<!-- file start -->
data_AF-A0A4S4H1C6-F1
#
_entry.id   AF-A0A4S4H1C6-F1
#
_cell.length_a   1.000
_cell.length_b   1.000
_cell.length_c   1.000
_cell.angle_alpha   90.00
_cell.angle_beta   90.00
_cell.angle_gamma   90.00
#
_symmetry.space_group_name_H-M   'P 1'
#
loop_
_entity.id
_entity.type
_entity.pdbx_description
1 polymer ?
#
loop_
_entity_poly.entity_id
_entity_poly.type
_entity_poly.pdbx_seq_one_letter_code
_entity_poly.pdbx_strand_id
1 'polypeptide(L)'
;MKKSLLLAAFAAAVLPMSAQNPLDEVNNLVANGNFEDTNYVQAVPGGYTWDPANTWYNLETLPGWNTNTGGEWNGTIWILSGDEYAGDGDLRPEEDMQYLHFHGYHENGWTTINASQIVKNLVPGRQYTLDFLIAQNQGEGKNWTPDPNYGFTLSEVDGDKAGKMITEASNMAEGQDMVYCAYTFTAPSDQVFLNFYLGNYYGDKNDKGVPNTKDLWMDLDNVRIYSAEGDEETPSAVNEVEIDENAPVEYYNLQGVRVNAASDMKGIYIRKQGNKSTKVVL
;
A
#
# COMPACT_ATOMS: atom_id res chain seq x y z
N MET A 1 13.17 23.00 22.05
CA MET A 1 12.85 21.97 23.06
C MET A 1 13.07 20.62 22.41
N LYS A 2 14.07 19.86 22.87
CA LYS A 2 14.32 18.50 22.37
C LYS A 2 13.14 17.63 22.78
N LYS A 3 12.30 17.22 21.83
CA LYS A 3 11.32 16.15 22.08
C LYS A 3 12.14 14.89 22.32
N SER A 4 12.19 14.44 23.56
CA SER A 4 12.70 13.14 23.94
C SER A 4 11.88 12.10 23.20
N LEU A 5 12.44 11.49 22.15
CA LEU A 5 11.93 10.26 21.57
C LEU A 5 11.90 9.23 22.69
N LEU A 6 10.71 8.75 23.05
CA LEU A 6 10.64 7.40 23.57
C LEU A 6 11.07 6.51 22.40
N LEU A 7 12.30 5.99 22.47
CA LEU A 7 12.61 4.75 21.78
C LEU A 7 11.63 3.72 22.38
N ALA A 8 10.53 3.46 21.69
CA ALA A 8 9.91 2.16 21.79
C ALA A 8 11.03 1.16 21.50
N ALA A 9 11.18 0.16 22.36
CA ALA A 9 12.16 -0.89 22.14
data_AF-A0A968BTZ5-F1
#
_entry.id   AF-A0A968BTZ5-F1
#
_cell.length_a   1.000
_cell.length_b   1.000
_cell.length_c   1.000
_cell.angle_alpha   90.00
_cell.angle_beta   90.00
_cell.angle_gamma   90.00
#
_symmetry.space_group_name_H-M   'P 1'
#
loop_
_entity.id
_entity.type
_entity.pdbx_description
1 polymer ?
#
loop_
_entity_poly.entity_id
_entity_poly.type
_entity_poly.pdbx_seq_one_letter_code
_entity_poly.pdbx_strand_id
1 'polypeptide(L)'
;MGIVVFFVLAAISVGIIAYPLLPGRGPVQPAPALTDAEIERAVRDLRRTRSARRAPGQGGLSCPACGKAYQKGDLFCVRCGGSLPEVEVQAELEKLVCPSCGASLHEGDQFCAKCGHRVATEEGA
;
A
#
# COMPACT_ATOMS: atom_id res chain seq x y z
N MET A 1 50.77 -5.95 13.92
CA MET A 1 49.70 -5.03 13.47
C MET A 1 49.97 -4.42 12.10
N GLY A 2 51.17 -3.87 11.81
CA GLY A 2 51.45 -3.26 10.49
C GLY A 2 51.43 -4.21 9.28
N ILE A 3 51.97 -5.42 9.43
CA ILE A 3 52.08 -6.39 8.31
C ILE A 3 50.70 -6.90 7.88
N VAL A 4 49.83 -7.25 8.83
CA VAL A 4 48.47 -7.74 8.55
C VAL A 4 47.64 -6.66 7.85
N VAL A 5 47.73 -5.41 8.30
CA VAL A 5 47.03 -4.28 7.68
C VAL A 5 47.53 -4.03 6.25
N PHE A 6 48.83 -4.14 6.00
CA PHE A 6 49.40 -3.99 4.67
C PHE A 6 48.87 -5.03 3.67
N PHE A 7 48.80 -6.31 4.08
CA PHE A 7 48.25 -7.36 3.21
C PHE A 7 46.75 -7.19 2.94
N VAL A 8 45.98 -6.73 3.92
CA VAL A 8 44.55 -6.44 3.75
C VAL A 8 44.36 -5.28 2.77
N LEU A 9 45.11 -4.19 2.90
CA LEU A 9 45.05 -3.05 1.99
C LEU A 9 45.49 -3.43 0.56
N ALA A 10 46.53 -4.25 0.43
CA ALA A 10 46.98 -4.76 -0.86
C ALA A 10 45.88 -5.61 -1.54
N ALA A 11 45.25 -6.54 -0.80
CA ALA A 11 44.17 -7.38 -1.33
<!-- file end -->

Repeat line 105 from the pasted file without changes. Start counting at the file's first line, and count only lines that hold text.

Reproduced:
N PHE A 7 48.80 -6.31 4.08